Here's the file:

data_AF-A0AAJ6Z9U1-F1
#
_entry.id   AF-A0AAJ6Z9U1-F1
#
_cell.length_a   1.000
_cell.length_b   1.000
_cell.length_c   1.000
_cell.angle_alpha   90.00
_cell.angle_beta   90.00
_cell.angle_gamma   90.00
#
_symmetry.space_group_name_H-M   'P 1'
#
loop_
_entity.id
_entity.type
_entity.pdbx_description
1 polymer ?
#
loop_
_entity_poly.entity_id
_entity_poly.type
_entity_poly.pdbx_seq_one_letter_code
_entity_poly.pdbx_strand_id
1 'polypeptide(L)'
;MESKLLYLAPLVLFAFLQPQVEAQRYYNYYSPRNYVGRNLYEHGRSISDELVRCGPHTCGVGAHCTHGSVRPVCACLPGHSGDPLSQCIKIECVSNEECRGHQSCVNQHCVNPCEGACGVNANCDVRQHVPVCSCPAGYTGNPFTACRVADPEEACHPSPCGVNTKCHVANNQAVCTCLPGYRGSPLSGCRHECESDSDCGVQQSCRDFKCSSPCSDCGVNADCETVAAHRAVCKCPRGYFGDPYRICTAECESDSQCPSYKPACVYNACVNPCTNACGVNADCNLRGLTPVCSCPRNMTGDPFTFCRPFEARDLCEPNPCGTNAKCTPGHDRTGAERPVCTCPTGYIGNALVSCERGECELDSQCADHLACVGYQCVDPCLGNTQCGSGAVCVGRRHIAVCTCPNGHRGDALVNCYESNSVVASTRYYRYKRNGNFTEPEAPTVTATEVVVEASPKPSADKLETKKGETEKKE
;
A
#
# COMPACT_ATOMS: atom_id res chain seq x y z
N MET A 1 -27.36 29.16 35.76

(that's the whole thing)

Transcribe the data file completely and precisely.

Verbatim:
data_AF-A0AAJ6Z9U1-F1
#
_entry.id   AF-A0AAJ6Z9U1-F1
#
_cell.length_a   1.000
_cell.length_b   1.000
_cell.length_c   1.000
_cell.angle_alpha   90.00
_cell.angle_beta   90.00
_cell.angle_gamma   90.00
#
_symmetry.space_group_name_H-M   'P 1'
#
loop_
_entity.id
_entity.type
_entity.pdbx_description
1 polymer ?
#
loop_
_entity_poly.entity_id
_entity_poly.type
_entity_poly.pdbx_seq_one_letter_code
_entity_poly.pdbx_strand_id
1 'polypeptide(L)'
;MESKLLYLAPLVLFAFLQPQVEAQRYYNYYSPRNYVGRNLYEHGRSISDELVRCGPHTCGVGAHCTHGSVRPVCACLPGHSGDPLSQCIKIECVSNEECRGHQSCVNQHCVNPCEGACGVNANCDVRQHVPVCSCPAGYTGNPFTACRVADPEEACHPSPCGVNTKCHVANNQAVCTCLPGYRGSPLSGCRHECESDSDCGVQQSCRDFKCSSPCSDCGVNADCETVAAHRAVCKCPRGYFGDPYRICTAECESDSQCPSYKPACVYNACVNPCTNACGVNADCNLRGLTPVCSCPRNMTGDPFTFCRPFEARDLCEPNPCGTNAKCTPGHDRTGAERPVCTCPTGYIGNALVSCERGECELDSQCADHLACVGYQCVDPCLGNTQCGSGAVCVGRRHIAVCTCPNGHRGDALVNCYESNSVVASTRYYRYKRNGNFTEPEAPTVTATEVVVEASPKPSADKLETKKGETEKKE
;
A
#
# COMPACT_ATOMS: atom_id res chain seq x y z
N MET A 1 -27.36 29.16 35.76